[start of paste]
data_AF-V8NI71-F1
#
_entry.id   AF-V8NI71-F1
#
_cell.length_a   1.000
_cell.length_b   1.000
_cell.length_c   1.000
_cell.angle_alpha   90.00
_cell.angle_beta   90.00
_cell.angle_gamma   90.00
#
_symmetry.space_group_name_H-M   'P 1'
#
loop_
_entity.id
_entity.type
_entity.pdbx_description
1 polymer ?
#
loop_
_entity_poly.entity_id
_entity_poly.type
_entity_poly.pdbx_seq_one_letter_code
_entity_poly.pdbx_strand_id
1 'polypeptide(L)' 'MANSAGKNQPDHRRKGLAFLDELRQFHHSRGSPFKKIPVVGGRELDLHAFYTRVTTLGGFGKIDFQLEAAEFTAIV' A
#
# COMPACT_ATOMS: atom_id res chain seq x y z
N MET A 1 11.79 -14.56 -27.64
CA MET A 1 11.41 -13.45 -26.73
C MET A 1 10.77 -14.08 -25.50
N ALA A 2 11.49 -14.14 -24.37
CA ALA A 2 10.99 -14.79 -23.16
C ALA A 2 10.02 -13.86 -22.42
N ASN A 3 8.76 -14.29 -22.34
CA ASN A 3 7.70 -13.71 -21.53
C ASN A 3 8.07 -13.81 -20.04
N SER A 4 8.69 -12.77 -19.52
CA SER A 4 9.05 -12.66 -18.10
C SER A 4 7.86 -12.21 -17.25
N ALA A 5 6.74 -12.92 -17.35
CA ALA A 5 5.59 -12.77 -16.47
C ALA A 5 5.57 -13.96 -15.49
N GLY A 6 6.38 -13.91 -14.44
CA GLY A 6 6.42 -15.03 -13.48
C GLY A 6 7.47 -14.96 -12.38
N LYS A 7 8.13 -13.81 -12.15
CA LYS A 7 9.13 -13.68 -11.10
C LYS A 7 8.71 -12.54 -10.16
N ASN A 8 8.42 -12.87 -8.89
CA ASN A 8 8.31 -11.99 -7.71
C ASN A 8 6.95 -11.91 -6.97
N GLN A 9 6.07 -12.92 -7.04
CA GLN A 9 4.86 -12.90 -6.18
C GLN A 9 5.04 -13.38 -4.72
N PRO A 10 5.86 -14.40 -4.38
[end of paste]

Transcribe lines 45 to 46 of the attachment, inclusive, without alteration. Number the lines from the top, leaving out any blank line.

C GLY A 6 7.47 -14.96 -12.38
N LYS A 7 8.13 -13.81 -12.15